Aviation

“Clearly the last thing we want to do”: Qantas and Jetstar to stand down 2,500 staff

Around 2,500 frontline Qantas and Jetstar employees will be stood down for an estimated two months in response to the impact of the ongoing COVID-19 outbreaks.

In a statement, the Qantas Group said the stand-downs were a temporary measure to deal with a significant drop in flying caused by COVID restrictions in Greater Sydney in particular, and the knock-on border closures in all other states and territories. No job losses are expected.

Today’s decision will directly impact domestic pilots, cabin crew and airport workers, mostly in NSW but also in other states. Employees will be given two weeks’ notice before the stand-downs take effect, with pay continuing until mid-August.

The Qantas Group said income support in the form of government disaster payments will be key to helping eligible employees get through this challenging period, and it welcomed the targeted federal government support offered for those stood down outside of declared hotspots and to retain domestic aviation capability.

Qantas Group CEO Alan Joyce said the difficult decision to trigger stand-downs reflected the reality confronting many businesses operating in NSW.

“This is clearly the last thing we want to do, but we’re now faced with an extended period of reduced flying and that means no work for a number of our people,” he said.

“We’ve absorbed a significant amount of cost since these recent lockdowns started and continued paying our people their full rosters despite thousands of cancelled flights.

“Qantas and Jetstar have gone from operating almost 100 per cent of their usual domestic flying in May to less than 40 per cent in July because of lockdowns in three states.

“Hopefully, once other states open back up to South Australia and Victoria in the next week or so, and the current outbreak in Brisbane is brought under control, our domestic flying will come back to around 50 to 60 per cent of normal levels.”

Joyce said that based on current case numbers, it was reasonable to assume that Sydney’s borders will be closed for at least another two months.

“We know it will take a few weeks once the outbreak is under control before other states open to NSW and normal travel can resume,” he said.

“Fortunately, we know that once borders do reopen, travel is at the top of people’s list and flying tends to come back quickly, so we can get our employees back to work.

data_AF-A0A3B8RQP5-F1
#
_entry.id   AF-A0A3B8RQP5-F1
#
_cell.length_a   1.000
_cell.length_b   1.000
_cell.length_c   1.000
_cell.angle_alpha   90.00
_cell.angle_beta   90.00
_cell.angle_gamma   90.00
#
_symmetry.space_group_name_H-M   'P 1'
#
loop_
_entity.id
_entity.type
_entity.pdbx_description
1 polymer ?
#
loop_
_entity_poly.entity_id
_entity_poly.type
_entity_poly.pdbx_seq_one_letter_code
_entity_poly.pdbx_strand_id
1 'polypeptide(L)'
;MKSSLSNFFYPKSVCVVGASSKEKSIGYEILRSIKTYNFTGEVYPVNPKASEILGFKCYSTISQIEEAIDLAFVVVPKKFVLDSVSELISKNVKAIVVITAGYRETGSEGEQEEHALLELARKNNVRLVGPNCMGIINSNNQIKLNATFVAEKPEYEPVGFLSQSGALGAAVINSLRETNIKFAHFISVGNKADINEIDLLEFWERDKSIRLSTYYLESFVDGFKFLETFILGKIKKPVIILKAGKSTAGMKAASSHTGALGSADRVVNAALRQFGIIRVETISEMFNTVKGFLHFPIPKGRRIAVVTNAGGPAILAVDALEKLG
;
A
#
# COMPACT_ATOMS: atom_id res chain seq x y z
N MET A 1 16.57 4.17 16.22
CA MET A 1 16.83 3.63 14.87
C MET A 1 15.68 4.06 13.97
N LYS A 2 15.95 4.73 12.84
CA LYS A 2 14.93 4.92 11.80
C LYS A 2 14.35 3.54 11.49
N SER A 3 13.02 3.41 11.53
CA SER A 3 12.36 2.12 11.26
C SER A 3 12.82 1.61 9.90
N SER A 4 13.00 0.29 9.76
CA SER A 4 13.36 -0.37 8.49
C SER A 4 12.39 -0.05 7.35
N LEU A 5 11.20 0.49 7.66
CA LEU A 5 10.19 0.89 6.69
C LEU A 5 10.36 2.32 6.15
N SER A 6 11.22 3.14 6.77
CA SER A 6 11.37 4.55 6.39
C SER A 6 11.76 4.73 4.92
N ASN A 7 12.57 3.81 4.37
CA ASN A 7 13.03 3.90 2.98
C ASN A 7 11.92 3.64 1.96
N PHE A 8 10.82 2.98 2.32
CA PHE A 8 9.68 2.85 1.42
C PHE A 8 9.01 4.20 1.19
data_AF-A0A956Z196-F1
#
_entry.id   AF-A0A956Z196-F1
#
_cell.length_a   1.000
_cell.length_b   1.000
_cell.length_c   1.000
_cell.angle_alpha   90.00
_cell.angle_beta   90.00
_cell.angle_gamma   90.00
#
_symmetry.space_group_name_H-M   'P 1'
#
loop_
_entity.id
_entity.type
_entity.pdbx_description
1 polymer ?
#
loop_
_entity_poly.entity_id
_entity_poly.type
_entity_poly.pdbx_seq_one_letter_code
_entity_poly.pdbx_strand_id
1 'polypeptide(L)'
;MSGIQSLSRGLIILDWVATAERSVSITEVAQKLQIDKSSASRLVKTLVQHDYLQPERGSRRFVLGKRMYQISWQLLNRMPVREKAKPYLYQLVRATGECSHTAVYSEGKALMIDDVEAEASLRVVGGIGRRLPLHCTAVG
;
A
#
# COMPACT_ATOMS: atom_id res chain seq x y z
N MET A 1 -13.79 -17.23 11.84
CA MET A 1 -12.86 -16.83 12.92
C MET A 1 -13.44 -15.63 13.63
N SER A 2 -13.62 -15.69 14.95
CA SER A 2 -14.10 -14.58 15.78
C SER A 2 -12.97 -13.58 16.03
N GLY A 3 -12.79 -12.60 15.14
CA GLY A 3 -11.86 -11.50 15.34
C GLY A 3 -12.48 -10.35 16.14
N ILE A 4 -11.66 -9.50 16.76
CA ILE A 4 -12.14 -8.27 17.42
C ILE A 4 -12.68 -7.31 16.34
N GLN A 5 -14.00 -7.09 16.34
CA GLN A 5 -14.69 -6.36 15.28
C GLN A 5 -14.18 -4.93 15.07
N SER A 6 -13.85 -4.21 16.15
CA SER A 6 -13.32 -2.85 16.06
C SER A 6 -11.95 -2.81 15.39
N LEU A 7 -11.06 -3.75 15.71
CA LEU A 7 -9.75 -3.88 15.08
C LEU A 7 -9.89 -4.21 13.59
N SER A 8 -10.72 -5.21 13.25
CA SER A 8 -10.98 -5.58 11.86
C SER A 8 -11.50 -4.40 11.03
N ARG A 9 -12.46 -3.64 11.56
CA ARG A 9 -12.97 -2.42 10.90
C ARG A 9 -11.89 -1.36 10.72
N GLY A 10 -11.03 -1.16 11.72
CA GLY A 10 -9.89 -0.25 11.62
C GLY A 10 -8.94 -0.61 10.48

“This is extremely challenging for the 2,500 of our people directly impacted, but it’s also very different from this time last year when we had more than 20,000 employees stood down and most of our aircraft in hibernation for months on end.”

Joyce said the COVID vaccine rollout meant “the end is in sight and the concept of lockdowns will be a thing of the past”.

“Australia just needs more people rolling up their sleeves as more vaccine arrives,” he said.

However, the Qantas Group chief noted the challenge around opening international borders remains.

“There are still several thousand Qantas and Jetstar crew who normally fly internationally and who have been on long periods of stand down since the pandemic began,” he said.

“Higher vaccination rates are also key to being able to fly overseas again, and finally getting all our people back to work.”

Transport Workers’ Union (TWU) national secretary Michael Kaine said confusion over which stood-down Qantas and Jetstar workers will receive a wage subsidy from the federal government was “a big blow” for aviation workers.

“Aviation workers will today be reeling from this latest news,” he said.

“There is utter confusion over who will receive the wage subsidy. Qantas says it won’t pay workers stood down, but the federal government says it will only pay supports to cabin crew and pilots – and even then, only half of them.

“The federal government and Qantas are playing a game of Russian Roulette with aviation workers over who will be able to pay their bills and who won’t.”

Kaine said the TWU wants to see a wage subsidy extended to all aviation workers, including ground workers, and that companies must commit to retaining workers and capping executive salaries.

News of the stand-downs comes not long after Qantas lost its Federal Court battle against the union over its decision to outsource its ground-handling crew.

Please note: This story has been updated since first being published to include commentary from the TWU.


Featured image source: iStock/ai_yoshi


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